– the town centre clock
– a re-arrangement of the bus stops to reduce congestion
– re-design of the Cedar Road / Brighton Road junction to improve visibility for motorists
– after 6.30 some taxis can park immediately opposite the station, with the bus stop previously opposite the station moved further down Brighton Road to ease congestion of buses at peak times
– the timing of the pedestrian crossing at the High Street / Grove Road / Sutton Court Road junction has been amended to give more time to cross
– the number of parking spaces in the station area has been increased
– general improvements in design and to the “public realm” around the station, with more flowers, more colour and better signage
– new “legible London” signs based on this design, still to be installed.
These changes are largely funded by grants the Council has obtained, not local Council tax payers.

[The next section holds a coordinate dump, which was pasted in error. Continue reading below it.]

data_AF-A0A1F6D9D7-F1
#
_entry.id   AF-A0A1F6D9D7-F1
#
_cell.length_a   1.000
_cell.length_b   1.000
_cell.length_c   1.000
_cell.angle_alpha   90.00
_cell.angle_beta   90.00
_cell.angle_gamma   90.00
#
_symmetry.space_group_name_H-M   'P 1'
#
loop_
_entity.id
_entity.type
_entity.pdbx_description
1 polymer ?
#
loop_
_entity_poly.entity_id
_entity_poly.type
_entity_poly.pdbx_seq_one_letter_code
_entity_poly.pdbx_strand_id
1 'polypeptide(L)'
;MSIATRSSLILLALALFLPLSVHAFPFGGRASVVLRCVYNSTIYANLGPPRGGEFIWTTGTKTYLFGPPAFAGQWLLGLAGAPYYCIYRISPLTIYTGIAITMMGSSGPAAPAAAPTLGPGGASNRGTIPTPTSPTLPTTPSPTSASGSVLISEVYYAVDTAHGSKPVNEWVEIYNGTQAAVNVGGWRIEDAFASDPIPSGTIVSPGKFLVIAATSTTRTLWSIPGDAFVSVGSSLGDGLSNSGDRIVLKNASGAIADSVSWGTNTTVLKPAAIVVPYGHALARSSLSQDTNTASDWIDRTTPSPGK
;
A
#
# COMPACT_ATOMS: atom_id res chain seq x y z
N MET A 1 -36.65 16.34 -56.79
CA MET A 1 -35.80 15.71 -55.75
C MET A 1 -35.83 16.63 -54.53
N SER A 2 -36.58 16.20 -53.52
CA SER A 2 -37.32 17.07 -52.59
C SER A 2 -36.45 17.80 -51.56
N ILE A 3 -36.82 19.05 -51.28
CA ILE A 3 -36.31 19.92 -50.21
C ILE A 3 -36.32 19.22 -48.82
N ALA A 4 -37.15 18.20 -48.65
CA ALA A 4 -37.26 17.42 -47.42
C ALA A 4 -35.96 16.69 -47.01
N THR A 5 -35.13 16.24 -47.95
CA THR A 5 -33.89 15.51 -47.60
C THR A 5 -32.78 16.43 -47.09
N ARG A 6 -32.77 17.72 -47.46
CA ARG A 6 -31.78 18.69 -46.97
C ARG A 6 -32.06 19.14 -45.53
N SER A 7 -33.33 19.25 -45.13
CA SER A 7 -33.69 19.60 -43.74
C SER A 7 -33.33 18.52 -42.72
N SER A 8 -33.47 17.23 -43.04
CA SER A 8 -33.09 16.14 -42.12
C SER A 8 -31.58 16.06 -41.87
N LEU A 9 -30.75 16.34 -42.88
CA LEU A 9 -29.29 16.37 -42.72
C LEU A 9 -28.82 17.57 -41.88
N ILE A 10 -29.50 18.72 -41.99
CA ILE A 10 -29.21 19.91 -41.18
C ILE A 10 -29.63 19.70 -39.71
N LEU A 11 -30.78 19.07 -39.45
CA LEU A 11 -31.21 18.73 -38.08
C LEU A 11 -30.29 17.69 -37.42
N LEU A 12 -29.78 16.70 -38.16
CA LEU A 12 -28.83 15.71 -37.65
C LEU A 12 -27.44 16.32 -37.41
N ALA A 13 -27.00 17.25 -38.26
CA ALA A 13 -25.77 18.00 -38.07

The results of the earlier consultation exercise on the Gateway Project indicated general support for the scheme, but we were able to make a number of changes to respond to specific issues raised. In our Ward, a particular concern for the businesses was the need for a loading bay on Regents Parade just south of the station. We successfully lobbied for this to be incorporated into the scheme.
The improvements attributable to the Gateway project are complemented by the installation of the new zebra crossing in Cedar Road, which was not part of the project.